In the grand scheme of things I have absolutely nothing to complain about. All my problems are First World Problems. I know that. Still, I don’t understand why someone would design something that is so clearly not suited to its purpose. And then sell it. Sometimes I spot these design flaws before I hand over the credit card; other times I don’t. Lately I have been really annoyed with some of the times that I didn’t.
For instance, until recently, the only drink coasters I had were those plastic or melamine kind that come in sets (often along with placemats and often given as gifts) with pictures of dogs or flowers or grapes on the front. Plastic (or melamine) not being absorbent, all the moisture streams off the glass into a puddle, which then reaches its limit and runs off onto the wood table, defeating the purpose of coasters in the first place.
I found some thick felt coasters and imagined they would be the perfect replacements. What I didn’t know when I bought them was that these coasters, in the shape of maple leaves, have veins artistically cut into them. These veins go all the way through the coaster so that now the moisture, instead of pooling and then evenutally spilling over, channels directly onto the wood table beneath.
Or take these two tiny pitchers. I bought them because I thought the granddaughters would enjoy having their own milk pitcher for their tea. And I admit to being suckered in by the overall cute factor.
The bunny works as advertised. The duck, on the other hand is purely decorative. To get the milk into the pitcher, you have to tip the pitcher forward, whereupon the milk that should be going into the pitcher, comes pouring out the duck’s bill. Useless.
Question: How could someone screw up a child’s xylophone? Answer: Give the mallet a short, fat handle with a serious wooden knob. The Moose loves this toy, but each time he grabs the mallet he flails the thing about and klonks himself in the head . And because there is no way for him to hold it except smack in the middle, he also mashes his fat little hands on the xylophone keys, and on the screws that hold them in place.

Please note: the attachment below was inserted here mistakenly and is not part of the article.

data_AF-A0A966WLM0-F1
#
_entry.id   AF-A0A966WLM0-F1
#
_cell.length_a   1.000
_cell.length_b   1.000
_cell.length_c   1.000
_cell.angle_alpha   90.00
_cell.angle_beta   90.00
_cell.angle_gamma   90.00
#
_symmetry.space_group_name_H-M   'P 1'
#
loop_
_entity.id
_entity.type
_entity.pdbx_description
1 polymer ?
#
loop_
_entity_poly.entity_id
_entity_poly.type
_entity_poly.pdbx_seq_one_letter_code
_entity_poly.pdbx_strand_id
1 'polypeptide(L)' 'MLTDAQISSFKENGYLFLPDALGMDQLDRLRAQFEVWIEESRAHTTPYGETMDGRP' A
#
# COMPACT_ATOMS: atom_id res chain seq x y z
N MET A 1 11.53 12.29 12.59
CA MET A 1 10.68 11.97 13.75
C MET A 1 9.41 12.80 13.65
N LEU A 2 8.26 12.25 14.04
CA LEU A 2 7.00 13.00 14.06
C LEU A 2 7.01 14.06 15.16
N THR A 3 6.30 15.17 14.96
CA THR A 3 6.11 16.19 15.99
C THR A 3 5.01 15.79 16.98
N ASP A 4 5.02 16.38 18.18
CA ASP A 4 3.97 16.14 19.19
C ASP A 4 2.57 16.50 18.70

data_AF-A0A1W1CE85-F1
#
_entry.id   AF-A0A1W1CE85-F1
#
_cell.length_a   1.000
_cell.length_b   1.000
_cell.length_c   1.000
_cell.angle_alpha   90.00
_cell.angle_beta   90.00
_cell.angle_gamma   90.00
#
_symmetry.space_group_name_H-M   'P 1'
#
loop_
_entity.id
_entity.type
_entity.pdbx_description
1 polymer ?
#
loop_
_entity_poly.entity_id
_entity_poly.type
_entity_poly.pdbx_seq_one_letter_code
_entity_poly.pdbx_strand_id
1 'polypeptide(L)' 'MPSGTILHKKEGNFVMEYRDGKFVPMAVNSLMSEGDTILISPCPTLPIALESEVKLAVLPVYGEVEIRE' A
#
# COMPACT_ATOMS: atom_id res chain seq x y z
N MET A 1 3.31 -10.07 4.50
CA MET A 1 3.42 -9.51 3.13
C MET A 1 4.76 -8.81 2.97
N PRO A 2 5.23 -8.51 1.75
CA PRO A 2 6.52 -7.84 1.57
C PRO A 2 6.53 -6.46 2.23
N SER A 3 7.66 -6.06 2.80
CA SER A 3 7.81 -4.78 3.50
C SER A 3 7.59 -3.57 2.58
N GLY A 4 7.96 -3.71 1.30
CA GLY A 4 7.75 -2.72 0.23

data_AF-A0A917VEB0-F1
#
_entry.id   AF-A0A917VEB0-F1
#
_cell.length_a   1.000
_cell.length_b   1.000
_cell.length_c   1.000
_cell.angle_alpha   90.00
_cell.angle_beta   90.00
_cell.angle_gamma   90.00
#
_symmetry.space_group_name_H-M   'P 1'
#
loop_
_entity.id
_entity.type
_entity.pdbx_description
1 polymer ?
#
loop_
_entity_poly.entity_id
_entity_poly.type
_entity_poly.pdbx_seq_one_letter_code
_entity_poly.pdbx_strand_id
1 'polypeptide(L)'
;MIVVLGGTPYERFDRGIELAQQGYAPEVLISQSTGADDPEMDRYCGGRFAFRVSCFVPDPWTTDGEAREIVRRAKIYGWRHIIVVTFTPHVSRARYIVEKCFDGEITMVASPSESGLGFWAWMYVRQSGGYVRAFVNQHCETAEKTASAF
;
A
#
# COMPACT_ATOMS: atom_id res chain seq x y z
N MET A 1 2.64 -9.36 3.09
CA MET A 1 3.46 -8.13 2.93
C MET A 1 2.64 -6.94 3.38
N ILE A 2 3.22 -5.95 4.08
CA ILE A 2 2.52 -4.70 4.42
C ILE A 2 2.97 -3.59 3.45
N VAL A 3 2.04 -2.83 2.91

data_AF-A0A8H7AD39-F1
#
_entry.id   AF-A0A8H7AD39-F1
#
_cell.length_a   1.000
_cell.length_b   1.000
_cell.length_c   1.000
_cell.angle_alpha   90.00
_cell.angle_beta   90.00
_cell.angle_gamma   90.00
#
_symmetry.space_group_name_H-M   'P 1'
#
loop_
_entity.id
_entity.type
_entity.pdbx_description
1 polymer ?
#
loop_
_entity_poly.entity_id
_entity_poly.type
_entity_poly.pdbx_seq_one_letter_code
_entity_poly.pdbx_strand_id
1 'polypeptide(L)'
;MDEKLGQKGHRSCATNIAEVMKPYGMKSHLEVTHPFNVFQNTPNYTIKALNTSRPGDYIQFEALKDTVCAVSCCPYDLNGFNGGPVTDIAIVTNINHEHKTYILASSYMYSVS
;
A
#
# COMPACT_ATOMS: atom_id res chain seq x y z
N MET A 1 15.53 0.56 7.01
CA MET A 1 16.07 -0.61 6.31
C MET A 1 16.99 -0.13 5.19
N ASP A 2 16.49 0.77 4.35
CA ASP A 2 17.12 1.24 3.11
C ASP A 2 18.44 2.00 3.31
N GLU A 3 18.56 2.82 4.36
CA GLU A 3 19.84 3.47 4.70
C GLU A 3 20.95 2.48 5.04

Why not something lighter and longer made out of plastic or silicone? Something that might actually bring out the sound of the metal bars? Because a baby’s knuckles are horrible sound conductors.
And then there is my refrigerator. I despise the thing. There are many bad features, and I could devote a whole post to its awfulness, but the one feature that drives me nuts on a daily basis is the hanging excrescence protruding into the middle of the top shelf, severely limiting the space available for normal size cartons and bottles. Furthermore, if you keep the taller bottles, etc., in the front and use the space under “the thing” for smaller items, they are lost forever and begin to emit bad smells in their lostness. Total wasted space.
But, you ask, wouldn’t you have more room (and less exasperation) if you didn’t keep the cheese in a shoebox on the top shelve? No, not really and I’ll tell you why: the cheese and meat drawer of this particular model was designed to be as big as the shelf it hung under. In theory, a great idea for the drawer – except that in practice it spanned the whole width of the refrigerator and left about six inches of space on the shelf underneath. If you could find things that would fit onto the six inch high shelf, you couldn’t see to retrieve them. More bad smells as they linger. Fortunately that drawer was not a permanent feature and I yanked it out.
You have another question: why buy this particular refrigerator in the first place, especially if it is so annoying? Well, it’s like this: this is a very small house, which has a very small kitchen and very narrow doorways. That limits what I can buy. Even with the door and hinges off this refrigerator, and with the door off the house as well, this piece of nonsense made it through with only about an eighth of an inch to spare.
Furthermore, it was bought as part of a set of appliances when I re-did the kitchen. That meant I had to take into account both the features of the other appliances and the overall price of the set and find the combination that annoyed me the least. And last of all, when I am looking at appliances, I think of the the things I’ve either loved or struggled with in the past and buy accordingly. Even my imagination can’t spot all the new-to-me, yet-to-be-discovered horrors and it’s those things that end up being the new problems.
The Hunter would have it in these cases, as in so many others, That I Am Not The Target Market. I counter with the world clearly needs my oversight. As a start, it could remember that in functional objects, arty isn’t everything.